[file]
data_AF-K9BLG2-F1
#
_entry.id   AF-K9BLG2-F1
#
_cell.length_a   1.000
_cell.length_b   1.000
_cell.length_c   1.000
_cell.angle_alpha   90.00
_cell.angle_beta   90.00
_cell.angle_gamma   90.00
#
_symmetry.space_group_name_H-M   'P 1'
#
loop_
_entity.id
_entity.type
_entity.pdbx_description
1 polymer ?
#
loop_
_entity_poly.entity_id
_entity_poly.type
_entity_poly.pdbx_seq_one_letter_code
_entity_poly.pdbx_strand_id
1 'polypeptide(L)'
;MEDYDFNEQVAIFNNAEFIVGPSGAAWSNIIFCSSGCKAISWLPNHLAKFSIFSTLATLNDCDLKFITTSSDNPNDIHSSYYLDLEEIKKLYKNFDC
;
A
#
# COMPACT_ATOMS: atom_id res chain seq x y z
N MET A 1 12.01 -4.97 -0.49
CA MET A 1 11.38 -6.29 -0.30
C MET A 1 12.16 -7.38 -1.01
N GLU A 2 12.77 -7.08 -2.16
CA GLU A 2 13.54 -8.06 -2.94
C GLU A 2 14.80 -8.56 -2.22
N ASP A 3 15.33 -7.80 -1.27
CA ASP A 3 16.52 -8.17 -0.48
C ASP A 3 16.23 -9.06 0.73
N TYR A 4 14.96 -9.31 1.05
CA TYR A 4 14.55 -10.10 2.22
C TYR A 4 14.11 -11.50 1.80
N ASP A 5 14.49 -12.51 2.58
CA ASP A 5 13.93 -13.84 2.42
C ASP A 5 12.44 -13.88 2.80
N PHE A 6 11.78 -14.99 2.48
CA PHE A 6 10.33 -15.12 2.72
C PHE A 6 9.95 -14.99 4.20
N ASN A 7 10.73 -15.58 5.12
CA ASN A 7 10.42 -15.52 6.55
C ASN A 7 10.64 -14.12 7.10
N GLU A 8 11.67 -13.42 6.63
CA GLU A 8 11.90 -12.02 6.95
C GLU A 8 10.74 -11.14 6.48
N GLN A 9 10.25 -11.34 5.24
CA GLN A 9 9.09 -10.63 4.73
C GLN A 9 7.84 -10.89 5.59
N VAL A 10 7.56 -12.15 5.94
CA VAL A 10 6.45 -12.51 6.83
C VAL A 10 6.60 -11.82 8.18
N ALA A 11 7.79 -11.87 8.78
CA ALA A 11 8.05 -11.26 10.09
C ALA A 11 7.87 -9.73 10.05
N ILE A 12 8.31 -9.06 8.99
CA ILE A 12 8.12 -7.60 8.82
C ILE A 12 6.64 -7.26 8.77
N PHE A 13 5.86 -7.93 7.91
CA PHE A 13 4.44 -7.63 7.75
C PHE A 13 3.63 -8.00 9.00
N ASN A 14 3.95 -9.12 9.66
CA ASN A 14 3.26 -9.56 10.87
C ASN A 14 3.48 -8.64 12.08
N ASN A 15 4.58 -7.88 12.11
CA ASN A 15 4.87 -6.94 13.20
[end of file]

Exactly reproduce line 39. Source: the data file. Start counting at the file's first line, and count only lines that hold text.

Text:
C ASP A 3 16.23 -9.06 0.73